Letter to Baltimore Sun re: US 219 Project in Garrett County

Posted on December 28th, 2018

Dear Mr. Rodricks:

On behalf of the members and stakeholders of Continental 1 – the 3-state advocacy group working to complete US 219 –  I write in response to your Dec. 14 editorial, “Larry Hogan’s $61.5 million ‘nowhere’ highway project gets underway in western Maryland.” As you might imagine, we see things quite differently.

You raise a very thought-provoking question in your piece – how can a project “remain a priority for decades,” and it seems that the question itself suggests the answer. It’s no secret that rural highways and bridges are not election winners. Away from population centers, they are not at the top of very many elected officials’ agenda. Which, we suspect, is why Congress has had such a difficult time getting rural highway funding into an infrastructure funding bill. Yet, to the people of the communities surrounding them, infrastructure investments such as the Route 219 Realignment Project represent critical improvements to safety, mobility and access. Whether it’s protecting our families on the road, strengthening supply chains, or attracting new jobs to the area, the condition and efficiency of our road network is pivotal.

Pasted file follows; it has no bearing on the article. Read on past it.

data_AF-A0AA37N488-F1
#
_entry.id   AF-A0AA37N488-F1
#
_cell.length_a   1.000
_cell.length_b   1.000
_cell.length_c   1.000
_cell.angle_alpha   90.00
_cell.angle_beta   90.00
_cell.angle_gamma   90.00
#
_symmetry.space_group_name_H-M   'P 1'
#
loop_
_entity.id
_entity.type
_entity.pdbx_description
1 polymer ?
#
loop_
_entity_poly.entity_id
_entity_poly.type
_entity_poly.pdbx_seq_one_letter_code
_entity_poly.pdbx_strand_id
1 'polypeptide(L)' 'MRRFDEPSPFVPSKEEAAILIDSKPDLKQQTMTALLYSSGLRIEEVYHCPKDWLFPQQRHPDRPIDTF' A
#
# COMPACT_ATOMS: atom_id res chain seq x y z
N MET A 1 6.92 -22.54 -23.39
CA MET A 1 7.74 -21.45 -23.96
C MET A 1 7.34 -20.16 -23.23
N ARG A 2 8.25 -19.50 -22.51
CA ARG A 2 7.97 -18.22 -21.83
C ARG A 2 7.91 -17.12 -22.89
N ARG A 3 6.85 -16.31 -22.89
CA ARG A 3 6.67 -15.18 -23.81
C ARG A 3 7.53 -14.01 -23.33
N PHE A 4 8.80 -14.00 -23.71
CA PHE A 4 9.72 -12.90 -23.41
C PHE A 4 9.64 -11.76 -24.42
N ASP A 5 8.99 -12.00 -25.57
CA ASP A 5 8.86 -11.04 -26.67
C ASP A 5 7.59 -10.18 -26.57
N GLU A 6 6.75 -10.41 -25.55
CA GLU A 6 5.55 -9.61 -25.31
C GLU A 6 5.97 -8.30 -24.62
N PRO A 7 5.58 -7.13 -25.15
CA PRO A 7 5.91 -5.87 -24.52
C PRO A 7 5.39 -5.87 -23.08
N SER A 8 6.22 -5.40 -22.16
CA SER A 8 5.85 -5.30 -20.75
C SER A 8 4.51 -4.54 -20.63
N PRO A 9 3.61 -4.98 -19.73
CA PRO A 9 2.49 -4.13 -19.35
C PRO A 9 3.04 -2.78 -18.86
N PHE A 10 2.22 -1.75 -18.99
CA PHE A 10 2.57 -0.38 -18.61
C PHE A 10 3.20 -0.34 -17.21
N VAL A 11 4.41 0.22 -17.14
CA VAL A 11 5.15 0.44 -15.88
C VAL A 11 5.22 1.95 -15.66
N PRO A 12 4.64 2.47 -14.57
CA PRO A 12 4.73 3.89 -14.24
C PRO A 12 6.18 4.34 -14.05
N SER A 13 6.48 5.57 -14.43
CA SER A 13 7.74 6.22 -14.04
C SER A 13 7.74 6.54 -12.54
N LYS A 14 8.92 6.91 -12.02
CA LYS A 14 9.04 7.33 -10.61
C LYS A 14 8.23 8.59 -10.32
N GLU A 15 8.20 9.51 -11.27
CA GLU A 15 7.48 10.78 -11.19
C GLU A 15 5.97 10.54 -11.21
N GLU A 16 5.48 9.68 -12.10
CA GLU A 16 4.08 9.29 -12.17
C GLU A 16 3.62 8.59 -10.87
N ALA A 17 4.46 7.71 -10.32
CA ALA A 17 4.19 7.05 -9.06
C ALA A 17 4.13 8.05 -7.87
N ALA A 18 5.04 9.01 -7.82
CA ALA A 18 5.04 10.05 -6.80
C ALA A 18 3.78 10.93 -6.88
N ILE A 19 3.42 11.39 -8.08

How can a project remain a priority for decades? Because it’s important enough that it outlasts decades of elected officials who chose to direct infrastructure funding toward higher-profile, election-winning projects.  

Last month, just 20 minutes north of the intersection you’re addressing, PennDOT opened the brand new 11-mile section of US 219 – a project that had “remained a priority” since the 1970s. It has invigorated the community, and has built the foundation for economic growth in Somerset County. Leadership in Harrisburg and locally understood that an initiative that stays relevant for that amount of time is, in the end, worth the investment. We’re thankful to Governor Hogan for feeling the same way.

We understand, though, that your perception may be a common one among folks in the more populous areas of the state. Even though we weren’t fans of your take, we appreciate your bringing up the topic, and opening the door for discussion. We hope to host you in Garrett County again in 2019.

Thank you.